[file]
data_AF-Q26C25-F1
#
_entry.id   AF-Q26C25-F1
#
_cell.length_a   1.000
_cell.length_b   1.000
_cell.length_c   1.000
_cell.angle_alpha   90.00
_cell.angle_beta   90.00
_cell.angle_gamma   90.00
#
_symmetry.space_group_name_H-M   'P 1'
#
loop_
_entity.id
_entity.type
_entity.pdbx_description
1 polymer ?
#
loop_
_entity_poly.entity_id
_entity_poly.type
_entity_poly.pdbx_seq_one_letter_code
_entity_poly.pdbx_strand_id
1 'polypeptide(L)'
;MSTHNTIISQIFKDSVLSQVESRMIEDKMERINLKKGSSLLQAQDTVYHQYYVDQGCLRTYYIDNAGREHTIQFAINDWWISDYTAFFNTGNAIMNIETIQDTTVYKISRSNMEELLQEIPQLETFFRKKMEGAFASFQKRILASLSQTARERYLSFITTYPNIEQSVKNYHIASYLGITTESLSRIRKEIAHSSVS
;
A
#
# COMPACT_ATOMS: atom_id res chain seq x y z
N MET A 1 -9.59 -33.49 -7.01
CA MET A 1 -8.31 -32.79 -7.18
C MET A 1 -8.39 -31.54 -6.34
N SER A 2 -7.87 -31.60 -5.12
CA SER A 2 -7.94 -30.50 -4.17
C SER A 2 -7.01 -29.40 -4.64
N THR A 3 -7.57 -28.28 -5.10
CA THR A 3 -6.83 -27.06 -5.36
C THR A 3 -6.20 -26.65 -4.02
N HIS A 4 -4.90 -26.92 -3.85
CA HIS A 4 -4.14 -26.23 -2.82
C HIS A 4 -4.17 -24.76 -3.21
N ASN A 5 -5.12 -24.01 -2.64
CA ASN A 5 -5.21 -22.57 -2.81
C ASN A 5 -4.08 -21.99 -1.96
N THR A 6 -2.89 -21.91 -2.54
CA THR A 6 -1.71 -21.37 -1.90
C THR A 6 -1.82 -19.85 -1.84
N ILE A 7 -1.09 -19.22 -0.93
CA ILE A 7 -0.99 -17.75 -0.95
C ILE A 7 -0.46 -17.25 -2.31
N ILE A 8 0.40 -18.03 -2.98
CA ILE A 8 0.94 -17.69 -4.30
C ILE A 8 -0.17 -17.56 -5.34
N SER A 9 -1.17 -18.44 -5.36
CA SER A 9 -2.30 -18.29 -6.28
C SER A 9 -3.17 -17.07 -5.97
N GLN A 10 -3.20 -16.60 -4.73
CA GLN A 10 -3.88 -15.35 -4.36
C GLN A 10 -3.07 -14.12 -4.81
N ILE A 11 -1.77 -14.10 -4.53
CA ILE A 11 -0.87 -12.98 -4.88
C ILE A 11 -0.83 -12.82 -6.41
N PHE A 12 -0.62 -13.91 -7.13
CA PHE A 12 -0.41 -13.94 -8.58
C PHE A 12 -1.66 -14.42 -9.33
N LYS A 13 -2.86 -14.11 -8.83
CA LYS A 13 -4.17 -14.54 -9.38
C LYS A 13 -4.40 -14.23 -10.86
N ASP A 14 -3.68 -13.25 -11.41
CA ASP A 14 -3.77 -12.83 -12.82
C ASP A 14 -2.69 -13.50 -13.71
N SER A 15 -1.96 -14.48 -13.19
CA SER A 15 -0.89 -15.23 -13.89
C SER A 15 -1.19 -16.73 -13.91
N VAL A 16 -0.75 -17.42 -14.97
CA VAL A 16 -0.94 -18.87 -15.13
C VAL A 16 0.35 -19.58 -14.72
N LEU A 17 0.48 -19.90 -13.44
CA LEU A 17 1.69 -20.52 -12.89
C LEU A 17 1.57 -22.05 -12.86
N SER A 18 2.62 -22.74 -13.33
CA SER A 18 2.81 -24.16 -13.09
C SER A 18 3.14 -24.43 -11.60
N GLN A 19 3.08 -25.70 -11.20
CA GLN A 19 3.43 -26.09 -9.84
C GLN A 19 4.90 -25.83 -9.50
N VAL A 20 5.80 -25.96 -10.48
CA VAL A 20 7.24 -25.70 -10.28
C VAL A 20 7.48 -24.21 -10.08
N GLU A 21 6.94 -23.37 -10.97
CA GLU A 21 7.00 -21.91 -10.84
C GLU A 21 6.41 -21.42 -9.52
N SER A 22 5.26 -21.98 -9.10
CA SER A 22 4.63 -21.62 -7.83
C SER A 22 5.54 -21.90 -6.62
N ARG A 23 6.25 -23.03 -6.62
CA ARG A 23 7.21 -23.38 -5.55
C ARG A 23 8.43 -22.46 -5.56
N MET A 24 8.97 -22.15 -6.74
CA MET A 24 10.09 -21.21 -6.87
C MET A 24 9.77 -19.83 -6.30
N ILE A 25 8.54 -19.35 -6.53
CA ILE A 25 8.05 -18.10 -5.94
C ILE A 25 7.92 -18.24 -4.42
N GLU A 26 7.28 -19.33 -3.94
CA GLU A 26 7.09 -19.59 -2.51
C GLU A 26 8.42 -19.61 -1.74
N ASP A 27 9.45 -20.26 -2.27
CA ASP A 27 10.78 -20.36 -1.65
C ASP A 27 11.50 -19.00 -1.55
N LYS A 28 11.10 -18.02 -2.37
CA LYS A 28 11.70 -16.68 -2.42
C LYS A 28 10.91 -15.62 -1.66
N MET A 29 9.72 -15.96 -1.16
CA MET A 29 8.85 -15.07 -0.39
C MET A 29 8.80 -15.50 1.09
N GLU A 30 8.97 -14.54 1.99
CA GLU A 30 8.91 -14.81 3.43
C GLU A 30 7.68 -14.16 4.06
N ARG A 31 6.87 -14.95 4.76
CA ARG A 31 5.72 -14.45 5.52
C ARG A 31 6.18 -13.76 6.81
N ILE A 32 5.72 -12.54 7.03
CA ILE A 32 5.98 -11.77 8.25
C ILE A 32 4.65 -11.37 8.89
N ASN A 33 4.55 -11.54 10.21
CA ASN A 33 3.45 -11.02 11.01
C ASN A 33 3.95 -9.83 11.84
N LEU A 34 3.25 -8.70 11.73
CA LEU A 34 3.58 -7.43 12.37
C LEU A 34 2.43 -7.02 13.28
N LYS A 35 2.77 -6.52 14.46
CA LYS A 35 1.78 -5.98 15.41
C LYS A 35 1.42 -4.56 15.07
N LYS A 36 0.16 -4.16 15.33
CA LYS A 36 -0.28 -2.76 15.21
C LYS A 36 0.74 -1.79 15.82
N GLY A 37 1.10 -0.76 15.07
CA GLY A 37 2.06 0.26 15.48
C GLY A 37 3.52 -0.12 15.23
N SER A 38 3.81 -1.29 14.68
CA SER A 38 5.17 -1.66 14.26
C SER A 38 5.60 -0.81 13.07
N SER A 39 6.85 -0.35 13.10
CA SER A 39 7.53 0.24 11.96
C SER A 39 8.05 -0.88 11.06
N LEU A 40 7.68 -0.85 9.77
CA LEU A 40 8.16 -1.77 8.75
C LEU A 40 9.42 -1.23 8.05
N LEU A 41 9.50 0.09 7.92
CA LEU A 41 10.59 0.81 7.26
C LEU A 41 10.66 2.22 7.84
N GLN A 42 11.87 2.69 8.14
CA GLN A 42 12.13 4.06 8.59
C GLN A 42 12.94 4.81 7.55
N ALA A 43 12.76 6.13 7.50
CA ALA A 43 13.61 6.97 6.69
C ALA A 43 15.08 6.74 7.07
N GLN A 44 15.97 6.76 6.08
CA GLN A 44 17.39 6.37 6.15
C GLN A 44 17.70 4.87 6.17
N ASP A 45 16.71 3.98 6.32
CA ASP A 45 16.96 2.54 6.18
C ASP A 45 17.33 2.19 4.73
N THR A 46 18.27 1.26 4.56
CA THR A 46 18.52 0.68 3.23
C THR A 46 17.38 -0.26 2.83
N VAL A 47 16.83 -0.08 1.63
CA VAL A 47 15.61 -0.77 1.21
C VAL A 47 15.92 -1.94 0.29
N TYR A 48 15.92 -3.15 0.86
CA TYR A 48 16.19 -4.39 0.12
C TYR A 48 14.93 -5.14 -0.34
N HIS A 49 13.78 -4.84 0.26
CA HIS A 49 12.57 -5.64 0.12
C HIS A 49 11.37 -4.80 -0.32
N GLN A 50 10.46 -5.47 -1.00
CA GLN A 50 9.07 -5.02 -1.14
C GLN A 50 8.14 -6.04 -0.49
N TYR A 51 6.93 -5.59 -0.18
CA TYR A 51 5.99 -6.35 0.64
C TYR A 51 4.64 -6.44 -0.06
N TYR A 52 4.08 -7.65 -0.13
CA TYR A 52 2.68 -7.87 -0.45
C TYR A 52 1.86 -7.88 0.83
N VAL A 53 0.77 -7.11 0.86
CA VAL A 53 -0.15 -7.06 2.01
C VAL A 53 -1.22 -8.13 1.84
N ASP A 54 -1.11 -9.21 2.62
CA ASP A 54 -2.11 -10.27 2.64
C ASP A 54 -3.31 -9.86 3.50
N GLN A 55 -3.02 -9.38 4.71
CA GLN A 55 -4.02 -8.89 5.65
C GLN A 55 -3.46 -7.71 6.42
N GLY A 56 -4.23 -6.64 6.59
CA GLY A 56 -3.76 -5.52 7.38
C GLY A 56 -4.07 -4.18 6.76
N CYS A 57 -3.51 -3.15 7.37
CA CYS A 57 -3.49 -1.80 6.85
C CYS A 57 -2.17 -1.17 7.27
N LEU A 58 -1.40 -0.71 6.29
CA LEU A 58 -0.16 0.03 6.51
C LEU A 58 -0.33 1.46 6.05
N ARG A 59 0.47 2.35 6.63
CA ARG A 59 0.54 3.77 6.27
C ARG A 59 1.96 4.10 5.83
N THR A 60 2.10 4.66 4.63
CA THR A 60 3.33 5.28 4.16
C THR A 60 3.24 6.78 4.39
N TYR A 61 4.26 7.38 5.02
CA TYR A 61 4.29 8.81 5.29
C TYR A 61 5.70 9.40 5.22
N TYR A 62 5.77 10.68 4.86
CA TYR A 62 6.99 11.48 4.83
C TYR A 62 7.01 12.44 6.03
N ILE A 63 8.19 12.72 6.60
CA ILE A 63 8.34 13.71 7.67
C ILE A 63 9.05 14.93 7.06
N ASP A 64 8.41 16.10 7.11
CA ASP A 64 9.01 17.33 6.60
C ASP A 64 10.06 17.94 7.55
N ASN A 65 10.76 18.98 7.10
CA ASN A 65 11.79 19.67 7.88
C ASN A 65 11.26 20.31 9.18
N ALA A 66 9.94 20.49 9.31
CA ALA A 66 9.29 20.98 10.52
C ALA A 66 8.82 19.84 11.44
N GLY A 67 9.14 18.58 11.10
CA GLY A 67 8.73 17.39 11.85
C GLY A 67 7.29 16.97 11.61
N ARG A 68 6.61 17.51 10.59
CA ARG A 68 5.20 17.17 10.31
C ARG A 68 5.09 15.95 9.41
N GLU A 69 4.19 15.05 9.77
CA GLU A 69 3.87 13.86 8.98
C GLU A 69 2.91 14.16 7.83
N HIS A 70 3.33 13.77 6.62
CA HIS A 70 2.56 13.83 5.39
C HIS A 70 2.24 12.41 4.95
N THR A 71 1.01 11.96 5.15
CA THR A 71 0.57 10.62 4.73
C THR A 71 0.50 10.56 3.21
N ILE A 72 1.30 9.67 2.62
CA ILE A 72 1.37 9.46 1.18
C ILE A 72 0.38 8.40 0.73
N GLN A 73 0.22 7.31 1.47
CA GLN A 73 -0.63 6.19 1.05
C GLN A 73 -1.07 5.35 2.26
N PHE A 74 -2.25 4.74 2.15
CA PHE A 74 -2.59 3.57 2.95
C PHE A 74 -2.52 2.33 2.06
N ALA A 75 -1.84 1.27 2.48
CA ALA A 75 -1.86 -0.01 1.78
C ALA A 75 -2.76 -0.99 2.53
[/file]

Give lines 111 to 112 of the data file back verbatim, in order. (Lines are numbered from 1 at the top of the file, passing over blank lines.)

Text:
C ASP A 27 11.50 -19.00 -1.55
N LYS A 28 11.10 -18.02 -2.37